Ira Glass: Peggy remembers hearing about the shoelaces and adding them to her list of things that just didn’t make sense.

Peggy: And I just– the whole thing with the shoelaces, I was like, first of all, is a shoelace strong enough to tie somebody’s wrists with?

Robyn Semien: Then, that same day, Marie called several of her friends, not just her closest ones, to tell them about the rape. For Peggy, this behavior fit into a bigger picture she had of Marie– attention-seeking, too flaunty, too flirty, loud, not really aware of how she was coming off in public. Like at the grocery store, riding around in carts with her friends, getting really silly, Peggy said.

Peggy was often telling Marie she needed to tone it down. So to Peggy, Marie calling everyone she knew and saying, “hey, I got raped,” didn’t seem right to her. She wondered, was this rape story one more way to get attention? Marie, meanwhile, says, sure. She was calling everyone she knew for what she thought was a good reason.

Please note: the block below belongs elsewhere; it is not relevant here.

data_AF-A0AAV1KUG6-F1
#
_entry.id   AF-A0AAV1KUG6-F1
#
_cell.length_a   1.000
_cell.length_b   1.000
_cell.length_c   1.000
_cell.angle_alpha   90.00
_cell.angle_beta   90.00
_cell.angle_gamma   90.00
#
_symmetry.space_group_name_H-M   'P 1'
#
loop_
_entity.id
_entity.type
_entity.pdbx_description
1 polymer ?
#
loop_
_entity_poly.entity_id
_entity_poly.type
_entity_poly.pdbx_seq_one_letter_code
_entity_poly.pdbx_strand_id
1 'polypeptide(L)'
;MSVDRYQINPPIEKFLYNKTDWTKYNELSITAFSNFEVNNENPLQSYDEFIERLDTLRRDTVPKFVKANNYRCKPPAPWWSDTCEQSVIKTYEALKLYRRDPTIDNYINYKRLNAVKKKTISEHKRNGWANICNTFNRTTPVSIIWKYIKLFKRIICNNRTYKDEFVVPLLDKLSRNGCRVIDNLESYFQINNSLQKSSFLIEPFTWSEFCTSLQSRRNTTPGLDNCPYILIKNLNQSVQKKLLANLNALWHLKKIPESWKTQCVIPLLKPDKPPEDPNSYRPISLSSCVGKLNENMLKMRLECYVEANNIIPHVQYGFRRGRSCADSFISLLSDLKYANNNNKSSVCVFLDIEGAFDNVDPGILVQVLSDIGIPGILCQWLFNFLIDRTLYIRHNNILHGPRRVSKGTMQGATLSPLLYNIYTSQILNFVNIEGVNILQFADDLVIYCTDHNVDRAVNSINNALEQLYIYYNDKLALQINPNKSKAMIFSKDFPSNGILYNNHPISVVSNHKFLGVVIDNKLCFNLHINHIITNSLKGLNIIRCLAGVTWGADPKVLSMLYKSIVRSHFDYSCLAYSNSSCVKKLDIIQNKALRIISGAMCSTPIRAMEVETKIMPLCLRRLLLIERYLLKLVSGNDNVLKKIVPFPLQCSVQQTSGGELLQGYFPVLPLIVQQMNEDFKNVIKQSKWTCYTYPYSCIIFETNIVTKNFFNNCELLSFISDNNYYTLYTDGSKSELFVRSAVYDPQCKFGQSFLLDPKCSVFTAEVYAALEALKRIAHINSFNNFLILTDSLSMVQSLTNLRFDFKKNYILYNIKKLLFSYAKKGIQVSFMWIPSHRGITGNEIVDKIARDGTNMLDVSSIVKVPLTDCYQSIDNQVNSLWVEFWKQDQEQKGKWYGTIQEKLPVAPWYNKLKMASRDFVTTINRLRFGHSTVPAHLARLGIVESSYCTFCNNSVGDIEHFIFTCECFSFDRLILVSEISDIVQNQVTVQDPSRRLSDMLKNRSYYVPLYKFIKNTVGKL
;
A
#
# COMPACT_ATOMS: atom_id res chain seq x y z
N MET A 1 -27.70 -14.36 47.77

Marie: I think I did that because I didn’t want it to happen to anybody else. I just wanted to let people know that there was somebody out there hurting people. It wasn’t the first time I had been raped– when I was little and I was living with my mom. I never told anybody about that stuff, that it happened to me when I was a kid. I just held it all in and did my whole pretending like stuff didn’t happen.

And, you know, I don’t know if that guy ever got away or ended up hurting other people because I never told anybody, never talked to anybody about it. But I didn’t want this time to be like that. I wanted to be able to try to talk about it and get it out.